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War of words reignites bridge scandal for Christie

The controversy over lane closures last September at the George Washington Bridge have turned into a game of he said, he said, involving New Jersey Gov. Chris Christie and former Port Authority appointee David Wildstein. The war of words has reignited the scandal, threatening to stymie Christie’s efforts to recover from the episode and preserve his future political prospects.

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The latest allegations surfaced Friday when the New York Times reported on a letter from Wildstein’s lawyer that claimed “evidence exists” that Christie knew about the lane closures as they were happening.

Christie’s office initially responded with a statement that said the letter “confirms what the Governor has said all along – he had absolutely no prior knowledge of the lane closures before they happened and whatever Mr. Wildstein’s motivations were for closing them to begin with.”

But his office followed up with a tougher missive on Saturday, sending an email to friends and allies blasting the Times’ reporting and going after Wildstein personally. Politico’s Mike Allen and Maggie Haberman detail the contents of the memo, including charges that Wildstein sued over a local school board election as a 16-year-old and had been accused by a high school social studies teacher of “deceptive behavior.”

The combative nature of the message reflects Christie’s style, but also signals the importance to the governor’s political career that the claims he made during last month’s two-hour news conference that he had no advance knowledge of the lane closures continue to hold up to scrutiny.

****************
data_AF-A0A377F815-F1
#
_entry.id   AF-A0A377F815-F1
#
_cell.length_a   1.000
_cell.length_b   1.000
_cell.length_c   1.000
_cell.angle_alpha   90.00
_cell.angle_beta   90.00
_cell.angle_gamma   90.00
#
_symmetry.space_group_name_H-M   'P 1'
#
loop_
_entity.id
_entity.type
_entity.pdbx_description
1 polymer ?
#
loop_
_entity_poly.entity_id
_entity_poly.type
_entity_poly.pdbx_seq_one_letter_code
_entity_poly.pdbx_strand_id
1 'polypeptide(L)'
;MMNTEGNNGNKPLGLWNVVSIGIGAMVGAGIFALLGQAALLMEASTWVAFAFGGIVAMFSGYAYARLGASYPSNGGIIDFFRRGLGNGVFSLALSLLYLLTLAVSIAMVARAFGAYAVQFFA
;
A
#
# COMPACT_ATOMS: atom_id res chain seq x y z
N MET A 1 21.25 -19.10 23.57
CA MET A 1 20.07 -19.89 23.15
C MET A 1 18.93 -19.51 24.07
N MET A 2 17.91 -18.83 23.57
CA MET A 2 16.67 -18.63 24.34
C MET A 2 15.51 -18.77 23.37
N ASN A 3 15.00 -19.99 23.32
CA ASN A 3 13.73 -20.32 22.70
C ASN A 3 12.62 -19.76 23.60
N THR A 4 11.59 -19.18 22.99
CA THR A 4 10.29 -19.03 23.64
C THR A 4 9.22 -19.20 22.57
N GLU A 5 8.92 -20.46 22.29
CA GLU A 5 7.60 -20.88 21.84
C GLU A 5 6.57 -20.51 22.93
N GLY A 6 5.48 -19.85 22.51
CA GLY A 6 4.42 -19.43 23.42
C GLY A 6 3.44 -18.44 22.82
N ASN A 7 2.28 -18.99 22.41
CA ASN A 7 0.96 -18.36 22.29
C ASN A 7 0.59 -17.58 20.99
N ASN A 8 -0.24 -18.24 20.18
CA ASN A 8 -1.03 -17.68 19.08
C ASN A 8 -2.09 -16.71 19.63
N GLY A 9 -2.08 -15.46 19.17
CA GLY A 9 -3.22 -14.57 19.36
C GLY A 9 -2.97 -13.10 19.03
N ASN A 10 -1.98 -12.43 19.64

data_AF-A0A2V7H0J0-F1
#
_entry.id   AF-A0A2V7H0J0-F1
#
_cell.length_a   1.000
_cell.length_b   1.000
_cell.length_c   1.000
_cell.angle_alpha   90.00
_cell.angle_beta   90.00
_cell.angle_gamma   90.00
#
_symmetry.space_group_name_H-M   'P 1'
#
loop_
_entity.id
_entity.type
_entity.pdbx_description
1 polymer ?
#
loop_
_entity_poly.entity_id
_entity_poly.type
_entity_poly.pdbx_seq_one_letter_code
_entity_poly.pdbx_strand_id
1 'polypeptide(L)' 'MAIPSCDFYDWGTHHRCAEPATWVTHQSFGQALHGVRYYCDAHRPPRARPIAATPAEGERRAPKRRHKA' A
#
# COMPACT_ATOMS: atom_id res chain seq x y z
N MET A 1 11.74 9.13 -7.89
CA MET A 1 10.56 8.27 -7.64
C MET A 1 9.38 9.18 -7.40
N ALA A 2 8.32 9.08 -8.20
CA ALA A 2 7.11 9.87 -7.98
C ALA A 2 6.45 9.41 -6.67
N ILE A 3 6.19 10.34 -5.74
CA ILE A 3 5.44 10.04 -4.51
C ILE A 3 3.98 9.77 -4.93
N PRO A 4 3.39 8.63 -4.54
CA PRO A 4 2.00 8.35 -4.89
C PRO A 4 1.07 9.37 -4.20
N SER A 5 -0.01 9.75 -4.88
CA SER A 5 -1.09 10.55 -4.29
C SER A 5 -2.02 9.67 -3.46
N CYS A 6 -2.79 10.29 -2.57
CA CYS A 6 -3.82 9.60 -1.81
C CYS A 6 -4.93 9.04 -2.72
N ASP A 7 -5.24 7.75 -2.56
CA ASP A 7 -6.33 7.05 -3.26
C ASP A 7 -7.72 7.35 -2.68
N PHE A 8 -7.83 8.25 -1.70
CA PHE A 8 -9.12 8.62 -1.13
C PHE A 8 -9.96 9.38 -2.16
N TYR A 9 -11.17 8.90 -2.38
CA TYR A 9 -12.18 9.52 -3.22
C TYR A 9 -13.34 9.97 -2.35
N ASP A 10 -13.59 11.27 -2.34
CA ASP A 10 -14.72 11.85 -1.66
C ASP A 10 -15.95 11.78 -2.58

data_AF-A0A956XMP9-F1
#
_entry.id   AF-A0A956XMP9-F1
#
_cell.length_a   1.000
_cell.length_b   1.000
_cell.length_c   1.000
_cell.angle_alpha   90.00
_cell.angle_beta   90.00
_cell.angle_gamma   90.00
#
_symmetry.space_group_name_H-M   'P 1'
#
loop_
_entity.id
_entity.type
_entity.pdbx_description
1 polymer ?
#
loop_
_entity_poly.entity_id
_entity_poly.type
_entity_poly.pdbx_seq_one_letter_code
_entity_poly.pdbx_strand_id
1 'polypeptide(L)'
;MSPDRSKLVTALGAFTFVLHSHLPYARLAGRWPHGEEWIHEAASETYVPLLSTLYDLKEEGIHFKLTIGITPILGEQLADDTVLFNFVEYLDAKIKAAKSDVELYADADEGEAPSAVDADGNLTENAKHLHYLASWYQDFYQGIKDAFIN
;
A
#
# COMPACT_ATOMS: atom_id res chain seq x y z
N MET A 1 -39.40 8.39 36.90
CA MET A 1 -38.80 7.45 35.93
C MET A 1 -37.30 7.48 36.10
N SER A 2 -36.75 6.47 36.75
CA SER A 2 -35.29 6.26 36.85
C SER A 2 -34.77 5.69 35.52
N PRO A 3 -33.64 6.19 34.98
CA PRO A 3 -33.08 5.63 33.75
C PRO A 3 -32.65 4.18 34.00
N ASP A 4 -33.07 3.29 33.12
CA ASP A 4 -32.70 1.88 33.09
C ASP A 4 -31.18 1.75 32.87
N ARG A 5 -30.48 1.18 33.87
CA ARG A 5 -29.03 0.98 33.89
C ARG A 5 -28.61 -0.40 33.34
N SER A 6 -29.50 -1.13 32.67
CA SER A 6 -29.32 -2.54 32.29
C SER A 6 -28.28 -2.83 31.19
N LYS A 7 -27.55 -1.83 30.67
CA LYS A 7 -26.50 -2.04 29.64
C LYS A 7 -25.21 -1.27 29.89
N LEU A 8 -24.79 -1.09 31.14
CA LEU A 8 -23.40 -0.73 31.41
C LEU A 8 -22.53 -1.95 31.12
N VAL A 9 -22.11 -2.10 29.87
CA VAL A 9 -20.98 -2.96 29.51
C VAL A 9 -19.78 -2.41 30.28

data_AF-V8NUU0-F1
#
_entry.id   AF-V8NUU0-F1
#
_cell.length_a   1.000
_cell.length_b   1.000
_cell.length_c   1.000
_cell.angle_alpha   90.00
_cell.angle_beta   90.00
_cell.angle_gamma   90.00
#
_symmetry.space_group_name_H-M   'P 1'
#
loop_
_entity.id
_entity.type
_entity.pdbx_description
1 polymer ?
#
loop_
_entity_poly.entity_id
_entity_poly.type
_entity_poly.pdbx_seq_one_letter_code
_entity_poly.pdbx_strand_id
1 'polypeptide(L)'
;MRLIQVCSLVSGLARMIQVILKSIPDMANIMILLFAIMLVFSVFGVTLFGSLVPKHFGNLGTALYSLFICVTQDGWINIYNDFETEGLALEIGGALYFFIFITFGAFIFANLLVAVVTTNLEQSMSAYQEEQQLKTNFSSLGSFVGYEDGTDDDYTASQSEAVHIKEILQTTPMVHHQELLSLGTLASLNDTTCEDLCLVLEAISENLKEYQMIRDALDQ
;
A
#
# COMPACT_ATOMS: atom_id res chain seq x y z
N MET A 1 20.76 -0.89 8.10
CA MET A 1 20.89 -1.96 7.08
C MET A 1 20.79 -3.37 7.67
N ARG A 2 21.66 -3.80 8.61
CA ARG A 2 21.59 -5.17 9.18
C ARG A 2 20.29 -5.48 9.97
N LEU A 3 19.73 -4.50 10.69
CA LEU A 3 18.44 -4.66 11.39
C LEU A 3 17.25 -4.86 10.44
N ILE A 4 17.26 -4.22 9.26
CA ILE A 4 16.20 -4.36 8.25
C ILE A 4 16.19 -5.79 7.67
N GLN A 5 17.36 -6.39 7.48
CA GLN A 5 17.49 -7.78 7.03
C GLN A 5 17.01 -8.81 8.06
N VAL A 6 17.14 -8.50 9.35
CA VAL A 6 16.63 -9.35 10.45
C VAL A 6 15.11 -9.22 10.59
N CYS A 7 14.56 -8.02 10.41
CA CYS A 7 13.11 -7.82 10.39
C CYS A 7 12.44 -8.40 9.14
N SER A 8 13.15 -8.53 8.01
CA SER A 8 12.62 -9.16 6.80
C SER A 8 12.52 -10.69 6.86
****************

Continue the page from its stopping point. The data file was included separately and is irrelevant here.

“I don’t know what else to say except to tell them that I had no knowledge of this — of the planning, the execution or anything about it — and that I first found out about it after it was over,” Christie said at the Jan. 9 event in Trenton. “And even then, what I was told was that it was a traffic study. And there was no evidence to the contrary until yesterday that was brought to my attention or anybody else’s attention.”

The Los Angeles Times’ Chris Megerian and Joseph Tanfani report that Christie could face more questions down the road about his handling of the Port Authority:

Problems at the Port Authority run deeper than the ongoing scandal, critics say. They say that Christie, a potential Republican presidential contender who rose to prominence as a corruption-fighting U.S. attorney and pledged as governor to reel in arcane government commissions, has used the agency to reward his friends and allies.

The troubled organization is the largest of its kind in the country, with a $7-billion budget, more than 7,000 employees, a dysfunctional management structure and a reputation as a secretive patronage haven.

As the bridge scandal drags on, there have been growing calls for Christie to step down as chair of the Republican Governors Association to focus on the challenges in his state.

Two top Republicans came to Christie’s defense on Sunday, saying they believed Christie should continue to lead the organization.

“I don’t think he should step down, I think he should stay there,” Louisiana Gov. Bobby Jindal said during an appearance on CNN’s “State of the Union.”

On ABC’s “This Week,” Wisconsin Rep. Paul Ryan added: “I don’t think he should step down because nothing has been proven, and you always give a person the benefit of the doubt in those kinds of situations, in my judgment.”

And, one year after being snubbed, Christie also scored an invitation to this year’s Conservative Political Action Conference, another sign that conservatives are rallying to his side as he battles allegations over the bridge controversy.

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Ruth Tam contributed to this report.

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